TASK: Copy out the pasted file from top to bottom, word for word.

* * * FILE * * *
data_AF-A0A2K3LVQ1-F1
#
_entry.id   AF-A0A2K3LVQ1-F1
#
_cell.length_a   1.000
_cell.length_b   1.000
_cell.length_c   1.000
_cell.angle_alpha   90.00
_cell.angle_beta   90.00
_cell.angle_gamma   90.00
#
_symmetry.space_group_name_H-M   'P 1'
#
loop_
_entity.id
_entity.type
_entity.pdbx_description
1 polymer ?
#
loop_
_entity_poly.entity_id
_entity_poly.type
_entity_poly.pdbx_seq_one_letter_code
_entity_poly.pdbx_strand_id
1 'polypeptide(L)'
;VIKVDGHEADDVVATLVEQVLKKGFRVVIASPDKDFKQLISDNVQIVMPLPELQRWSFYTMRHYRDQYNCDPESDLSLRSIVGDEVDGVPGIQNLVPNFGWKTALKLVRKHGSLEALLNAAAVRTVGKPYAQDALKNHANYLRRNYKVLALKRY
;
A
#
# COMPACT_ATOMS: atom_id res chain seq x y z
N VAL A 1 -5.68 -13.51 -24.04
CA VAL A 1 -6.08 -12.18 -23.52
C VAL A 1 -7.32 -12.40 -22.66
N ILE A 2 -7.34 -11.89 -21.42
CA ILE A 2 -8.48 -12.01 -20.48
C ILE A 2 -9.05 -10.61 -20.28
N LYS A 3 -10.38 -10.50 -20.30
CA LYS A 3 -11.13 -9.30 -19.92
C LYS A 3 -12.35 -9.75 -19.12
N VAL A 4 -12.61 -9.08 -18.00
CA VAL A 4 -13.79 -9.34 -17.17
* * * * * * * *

data_AF-A0A2K3LVQ1-F1
#
_entry.id   AF-A0A2K3LVQ1-F1
#
_cell.length_a   1.000
_cell.length_b   1.000
_cell.length_c   1.000
_cell.angle_alpha   90.00
_cell.angle_beta   90.00
_cell.angle_gamma   90.00
#
_symmetry.space_group_name_H-M   'P 1'
#
loop_
_entity.id
_entity.type
_entity.pdbx_description
1 polymer ?
#
loop_
_entity_poly.entity_id
_entity_poly.type
_entity_poly.pdbx_seq_one_letter_code
_entity_poly.pdbx_strand_id
1 'polypeptide(L)'
;VIKVDGHEADDVVATLVEQVLKKGFRVVIASPDKDFKQLISDNVQIVMPLPELQRWSFYTMRHYRDQYNCDPESDLSLRSIVGDEVDGVPGIQNLVPNFGWKTALKLVRKHGSLEALLNAAAVRTVGKPYAQDALKNHANYLRRNYKVLALKRY
;
A
#
# COMPACT_ATOMS: atom_id res chain seq x y z
N VAL A 1 -5.68 -13.51 -24.04
CA VAL A 1 -6.08 -12.18 -23.52
C VAL A 1 -7.32 -12.40 -22.66
N ILE A 2 -7.34 -11.89 -21.42
CA ILE A 2 -8.48 -12.01 -20.48
C ILE A 2 -9.05 -10.61 -20.28
N LYS A 3 -10.38 -10.50 -20.30
CA LYS A 3 -11.13 -9.30 -19.92
C LYS A 3 -12.35 -9.75 -19.12
N VAL A 4 -12.61 -9.08 -18.00
CA VAL A 4 -13.79 -9.34 -17.17